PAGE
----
Neither Jeff McNeil’s bat nor Jose Peraza’s glove can erase a seven-run differential.
On the day manager Luis Rojas foretold of a change at second base in the near future because Jeff McNeil is expected to begin a rehab assignment at Triple-A this weekend, the Mets were walloped, 10-3, by the American League-worst Orioles in Baltimore.
The Mets will be trading defense for offense whenever McNeil, a career .312 hitter, replaces Peraza. Maybe that sounds a little bit more appetizing after Tuesday resulted in just four hits, two of which were Pete Alonso’s home runs.
“He responded really well to treatment,” Rojas said before the game of McNeil. “We’re pretty optimistic. He’s been progressing in every aspect. He was bragging about it before we got on the road trip, telling me how fast he was going.”
Peraza made his 20th start of the season at second base and played flawless defense again. He shoveled a nifty feed to Francisco Lindor for a should’ve-been double play (blown call) in the first inning and turned two later in the game.
“He’s been great,” Rojas said. “He and Lindor connected really well. They don’t shut up during the game. You hear them from the dugout. They’re moving around, and they’re on their toes.”
Peraza hasn’t made an error — including in his two starts at third base — but that doesn’t tell the full story. Proper appreciation of Peraza’s fielding requires a deeper analytical look to show that he is in the 97th percentile when it comes to outs-above-average, according to Baseball Savant.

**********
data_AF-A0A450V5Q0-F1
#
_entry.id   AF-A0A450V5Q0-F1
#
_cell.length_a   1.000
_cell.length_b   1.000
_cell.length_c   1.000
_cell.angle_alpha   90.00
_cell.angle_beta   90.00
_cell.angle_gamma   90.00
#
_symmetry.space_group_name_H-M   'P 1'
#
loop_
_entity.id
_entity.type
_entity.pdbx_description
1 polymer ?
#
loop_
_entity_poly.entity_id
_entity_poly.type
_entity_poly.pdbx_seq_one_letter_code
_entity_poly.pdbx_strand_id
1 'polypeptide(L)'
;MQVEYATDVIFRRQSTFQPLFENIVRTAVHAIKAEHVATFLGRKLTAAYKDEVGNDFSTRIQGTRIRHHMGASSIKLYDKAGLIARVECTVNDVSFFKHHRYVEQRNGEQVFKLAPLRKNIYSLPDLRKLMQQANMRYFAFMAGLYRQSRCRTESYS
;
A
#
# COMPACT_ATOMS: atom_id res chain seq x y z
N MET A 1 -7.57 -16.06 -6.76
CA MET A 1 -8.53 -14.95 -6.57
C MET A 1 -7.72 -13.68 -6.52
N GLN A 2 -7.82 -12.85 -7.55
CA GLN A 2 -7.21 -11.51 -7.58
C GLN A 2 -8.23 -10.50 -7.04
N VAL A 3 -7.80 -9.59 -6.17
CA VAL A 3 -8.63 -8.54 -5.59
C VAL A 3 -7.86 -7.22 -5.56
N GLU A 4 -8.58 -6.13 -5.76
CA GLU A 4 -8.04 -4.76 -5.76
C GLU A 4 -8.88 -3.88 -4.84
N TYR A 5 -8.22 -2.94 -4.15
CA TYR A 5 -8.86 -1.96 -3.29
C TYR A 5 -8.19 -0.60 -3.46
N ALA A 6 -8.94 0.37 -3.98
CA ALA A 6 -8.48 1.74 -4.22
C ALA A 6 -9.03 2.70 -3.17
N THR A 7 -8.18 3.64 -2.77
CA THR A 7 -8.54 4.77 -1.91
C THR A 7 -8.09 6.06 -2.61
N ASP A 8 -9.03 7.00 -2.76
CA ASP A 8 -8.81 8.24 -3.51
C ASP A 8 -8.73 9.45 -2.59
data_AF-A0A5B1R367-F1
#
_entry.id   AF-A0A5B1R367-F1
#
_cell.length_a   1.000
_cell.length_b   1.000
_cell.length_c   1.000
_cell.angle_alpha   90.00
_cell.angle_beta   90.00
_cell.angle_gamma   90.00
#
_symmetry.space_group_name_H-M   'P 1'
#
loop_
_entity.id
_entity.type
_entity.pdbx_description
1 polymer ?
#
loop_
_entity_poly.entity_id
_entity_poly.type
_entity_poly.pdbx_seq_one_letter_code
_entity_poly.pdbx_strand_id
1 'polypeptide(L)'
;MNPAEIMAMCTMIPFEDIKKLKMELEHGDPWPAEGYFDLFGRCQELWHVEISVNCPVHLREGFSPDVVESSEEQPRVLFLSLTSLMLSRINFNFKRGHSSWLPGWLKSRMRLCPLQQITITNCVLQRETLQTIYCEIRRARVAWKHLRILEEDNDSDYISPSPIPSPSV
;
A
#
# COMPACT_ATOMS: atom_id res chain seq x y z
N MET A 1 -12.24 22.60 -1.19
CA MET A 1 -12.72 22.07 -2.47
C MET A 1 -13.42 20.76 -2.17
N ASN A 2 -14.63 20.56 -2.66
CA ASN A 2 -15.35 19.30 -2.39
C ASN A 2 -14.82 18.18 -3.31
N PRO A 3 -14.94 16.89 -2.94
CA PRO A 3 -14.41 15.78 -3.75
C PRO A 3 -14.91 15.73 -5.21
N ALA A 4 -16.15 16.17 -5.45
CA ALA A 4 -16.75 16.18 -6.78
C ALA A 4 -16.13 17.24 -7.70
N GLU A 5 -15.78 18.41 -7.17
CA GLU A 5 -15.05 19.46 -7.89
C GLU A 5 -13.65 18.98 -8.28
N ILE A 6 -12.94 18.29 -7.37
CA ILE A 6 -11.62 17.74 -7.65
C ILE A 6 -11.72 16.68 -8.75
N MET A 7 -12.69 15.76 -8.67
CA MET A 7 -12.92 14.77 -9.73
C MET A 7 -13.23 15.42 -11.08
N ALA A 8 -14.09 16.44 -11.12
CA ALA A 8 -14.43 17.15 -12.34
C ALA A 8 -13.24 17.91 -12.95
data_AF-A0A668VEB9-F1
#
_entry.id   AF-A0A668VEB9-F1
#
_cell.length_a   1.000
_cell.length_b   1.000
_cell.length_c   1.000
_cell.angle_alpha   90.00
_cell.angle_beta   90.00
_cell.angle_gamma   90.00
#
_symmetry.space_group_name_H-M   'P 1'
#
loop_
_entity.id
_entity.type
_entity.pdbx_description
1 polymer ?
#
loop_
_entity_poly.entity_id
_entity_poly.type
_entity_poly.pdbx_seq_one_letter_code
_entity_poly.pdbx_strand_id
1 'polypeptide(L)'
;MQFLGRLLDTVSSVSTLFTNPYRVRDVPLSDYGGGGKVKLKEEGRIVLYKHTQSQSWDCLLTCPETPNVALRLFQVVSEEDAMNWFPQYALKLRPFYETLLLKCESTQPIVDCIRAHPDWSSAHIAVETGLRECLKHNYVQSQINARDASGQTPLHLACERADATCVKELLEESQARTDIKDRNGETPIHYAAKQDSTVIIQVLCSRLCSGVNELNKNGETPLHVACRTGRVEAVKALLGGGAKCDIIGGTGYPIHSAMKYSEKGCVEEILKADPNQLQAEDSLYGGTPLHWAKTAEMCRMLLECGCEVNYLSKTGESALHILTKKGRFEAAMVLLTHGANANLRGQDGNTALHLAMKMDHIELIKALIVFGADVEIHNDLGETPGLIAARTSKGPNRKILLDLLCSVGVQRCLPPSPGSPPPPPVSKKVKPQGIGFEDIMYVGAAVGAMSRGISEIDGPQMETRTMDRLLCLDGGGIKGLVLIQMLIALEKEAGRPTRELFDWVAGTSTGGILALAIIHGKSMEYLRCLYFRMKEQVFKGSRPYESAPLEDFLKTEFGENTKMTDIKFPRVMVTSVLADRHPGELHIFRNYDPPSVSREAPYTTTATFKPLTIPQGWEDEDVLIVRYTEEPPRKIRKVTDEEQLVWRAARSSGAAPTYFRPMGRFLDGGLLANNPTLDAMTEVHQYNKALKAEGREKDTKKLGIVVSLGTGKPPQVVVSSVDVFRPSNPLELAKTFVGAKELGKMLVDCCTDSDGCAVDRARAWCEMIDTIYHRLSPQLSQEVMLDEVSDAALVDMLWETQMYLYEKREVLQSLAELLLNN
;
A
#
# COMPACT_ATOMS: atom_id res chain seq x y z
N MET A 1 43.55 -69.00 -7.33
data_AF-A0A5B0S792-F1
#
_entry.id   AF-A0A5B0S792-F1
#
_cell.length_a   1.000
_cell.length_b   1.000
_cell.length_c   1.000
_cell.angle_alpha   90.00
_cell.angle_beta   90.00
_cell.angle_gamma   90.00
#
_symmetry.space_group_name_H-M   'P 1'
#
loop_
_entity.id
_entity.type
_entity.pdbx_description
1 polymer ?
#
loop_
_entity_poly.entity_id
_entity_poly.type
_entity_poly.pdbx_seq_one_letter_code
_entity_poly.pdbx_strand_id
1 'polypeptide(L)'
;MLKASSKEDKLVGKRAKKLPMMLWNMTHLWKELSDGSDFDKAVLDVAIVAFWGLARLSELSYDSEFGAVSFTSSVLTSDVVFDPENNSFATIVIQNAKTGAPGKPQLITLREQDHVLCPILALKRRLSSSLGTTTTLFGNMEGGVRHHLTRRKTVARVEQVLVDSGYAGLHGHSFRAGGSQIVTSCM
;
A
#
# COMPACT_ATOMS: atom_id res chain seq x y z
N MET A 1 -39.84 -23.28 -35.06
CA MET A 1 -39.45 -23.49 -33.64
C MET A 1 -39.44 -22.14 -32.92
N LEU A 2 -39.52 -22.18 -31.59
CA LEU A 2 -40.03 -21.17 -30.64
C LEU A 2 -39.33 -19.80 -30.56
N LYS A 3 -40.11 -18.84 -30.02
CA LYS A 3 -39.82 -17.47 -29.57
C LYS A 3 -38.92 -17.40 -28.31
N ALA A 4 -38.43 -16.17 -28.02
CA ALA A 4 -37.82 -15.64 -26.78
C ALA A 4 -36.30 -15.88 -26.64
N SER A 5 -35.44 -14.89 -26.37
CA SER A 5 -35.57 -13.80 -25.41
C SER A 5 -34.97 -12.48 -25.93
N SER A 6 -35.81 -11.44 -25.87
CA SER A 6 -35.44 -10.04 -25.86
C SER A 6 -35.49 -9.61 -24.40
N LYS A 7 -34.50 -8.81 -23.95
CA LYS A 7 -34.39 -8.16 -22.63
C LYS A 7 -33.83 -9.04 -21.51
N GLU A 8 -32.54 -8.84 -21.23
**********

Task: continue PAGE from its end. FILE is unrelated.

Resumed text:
Entering Tuesday, Peraza had a 74 percent success rate on 65 attempts, which is 8 percentage points above the estimated success rate and represents significant added value.
“Peraza is a guy who originally was a shortstop, so second base would be a position where he can dominate,” Rojas said. “The confidence level he is at right now has helped him play third as well when needed. We are aware of the metrics.”
McNeil (hamstring) could be available much sooner than expected when he initially went on the injured list on May 17. The preliminary plan includes building up from five to seven to nine innings, then back-to-back complete games, according to Rojas. But the squeeze on Peraza also includes Luis Guillorme, whose rehab at Triple-A is underway.
“One of the things we are going to ask Jose is to do something he has done in the past: Be ready to play different positions,” Rojas said. “Yes, he’s been our second baseman for almost a month now. He’s been great at it and he’s helped us win a lot of games, but he’s going to have to help us as a utility guy as well if he’s going to be here. He’s going to get some reps in different positions down the road.”
Peraza has 65 games of MLB experience across the outfield, including 11 starts in center. He is hitting .222 for the season, but his batting average increases with two outs and runners in scoring position and when a game is within a three-run margin. A home run to back Jacob deGrom in a scoreless game Saturday was his latest clutch hit.
“We are going to talk to him and make sure he stays open-minded that this is reality,” Rojas said. “In the National League, he’s a very valuable player to be available moving around. We can use those strengths to keep him around with the guys coming in.”